Federal Transit Administration Issues Final Rule on Private Investment Project Procedures

Federal Transit Administration Issues Final Rule on Private Investment Project Procedures

May 31, 2018  | Alexander Laska

May 31, 2018

The Federal Transit Administration (FTA) issued a final rule Wednesday on Private Investment Project Procedures (PIPP), which allows recipients of FTA funding for public transportation capital projects to modify or waive FTA requirements for that project if they can demonstrate the waiver will encourage private sector involvement.

The Moving Ahead for Progress in the 21stCentury Act (MAP-21) passed in 2012 required FTA to identify any provisions of 49 U.S.C. chapter 53 (Public Transportation) that impede the use of public-private partnerships (P3) and private investment and to issue a rule to address those impediments. The notice of proposed rulemaking (NPRM) was posted in July 2017 following private sector comments that FTA’s processes for reviewing and issuing grants was “discourag[ing] lender interest.”

PIPP also seems to mesh well with the Trump Administration’s stated desire to leverage more private investment in transportation infrastructure projects than in the past; FTA states that the primary goal of PIPP is “to address impediments to the greater use of public-private partnerships and private investment in public transportation capital projects.”

In order to receive a modification or waiver of an FTA requirement, the recipient of federal financial assistance must demonstrate that the requirement discourages the use of P3, joint development, or other private sector investment; that the proposed modification or waiver will likely encourage “sufficient” private sector participation or risk transfer to be worthy of a modification or waiver; and that the modification or waiver can be accomplished while protecting the public interest and any public investment in the project.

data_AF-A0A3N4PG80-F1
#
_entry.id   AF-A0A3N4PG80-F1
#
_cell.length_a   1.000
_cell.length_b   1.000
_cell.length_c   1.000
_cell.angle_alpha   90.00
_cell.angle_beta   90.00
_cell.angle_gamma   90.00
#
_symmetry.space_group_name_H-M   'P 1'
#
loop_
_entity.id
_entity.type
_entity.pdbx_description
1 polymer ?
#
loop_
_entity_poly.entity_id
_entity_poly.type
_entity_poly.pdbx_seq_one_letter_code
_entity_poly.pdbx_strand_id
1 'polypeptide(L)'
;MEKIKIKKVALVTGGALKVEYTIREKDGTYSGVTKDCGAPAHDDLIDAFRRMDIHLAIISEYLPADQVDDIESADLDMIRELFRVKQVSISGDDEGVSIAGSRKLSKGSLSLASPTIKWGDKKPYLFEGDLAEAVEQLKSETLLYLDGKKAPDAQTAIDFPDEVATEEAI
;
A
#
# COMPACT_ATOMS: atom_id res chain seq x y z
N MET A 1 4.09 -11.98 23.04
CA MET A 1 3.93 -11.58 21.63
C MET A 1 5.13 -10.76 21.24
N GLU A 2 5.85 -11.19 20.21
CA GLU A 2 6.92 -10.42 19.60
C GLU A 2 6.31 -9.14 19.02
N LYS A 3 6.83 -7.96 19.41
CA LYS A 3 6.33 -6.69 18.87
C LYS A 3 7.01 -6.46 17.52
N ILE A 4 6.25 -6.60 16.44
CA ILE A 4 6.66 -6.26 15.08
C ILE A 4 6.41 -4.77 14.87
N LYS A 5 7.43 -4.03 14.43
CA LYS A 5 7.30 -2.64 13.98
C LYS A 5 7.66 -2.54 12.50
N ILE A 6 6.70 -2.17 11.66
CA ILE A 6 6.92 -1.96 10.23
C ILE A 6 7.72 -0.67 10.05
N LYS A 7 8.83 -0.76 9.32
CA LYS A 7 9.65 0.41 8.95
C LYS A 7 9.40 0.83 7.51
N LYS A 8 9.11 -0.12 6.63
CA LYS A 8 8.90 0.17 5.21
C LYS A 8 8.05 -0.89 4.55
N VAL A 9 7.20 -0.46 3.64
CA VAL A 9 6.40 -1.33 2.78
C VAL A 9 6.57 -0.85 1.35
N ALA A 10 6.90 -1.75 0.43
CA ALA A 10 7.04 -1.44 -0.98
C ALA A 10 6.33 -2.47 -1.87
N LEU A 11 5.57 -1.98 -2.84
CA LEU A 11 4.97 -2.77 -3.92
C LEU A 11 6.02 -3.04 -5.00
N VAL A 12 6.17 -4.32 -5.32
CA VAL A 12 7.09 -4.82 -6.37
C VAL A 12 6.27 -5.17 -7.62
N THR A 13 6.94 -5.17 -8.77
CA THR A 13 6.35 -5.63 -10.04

Importantly, the rule does not specifically list which FTA requirements might be waived, though the agency said it is limited to waiving or modifying administrative requirements (such as regulations, policies, or guidance documents), and not statutory provisions.

During the public comment period, some commenters asked FTA to list the specific requirements that may be waived. FTA responded that it “does not intend to develop a list of provisions that might be waived or modified. It is up to the recipient/project sponsor to identify FTA administrative requirements that are standing in the way of private investment or participation in a particular project. Such impediments are likely to vary from project to project.”

FTA did say, however, that it cannot modify or waive any requirement under 49 U.S.C. 5333 (labor standards, including prevailing wages and employee protective arrangements), the National Environmental Policy Act (NEPA),  or any other provision of federal statute.

In announcing the rule, FTA seemed to grant that it did not know how helpful the new procedures will be, given they apply only to FTA administrative requirements—and they built in a reporting requirement to help them find out. Waiver recipients must submit to FTA a report that evaluates the effects of the modification or waiver on the delivery of the project.

“FTA anticipates using the lessons learned from these experimental procedures to develop more effective approaches to including private participation and investment in project planning, project development, finance, design, construction, maintenance, and operations,” the agency wrote.

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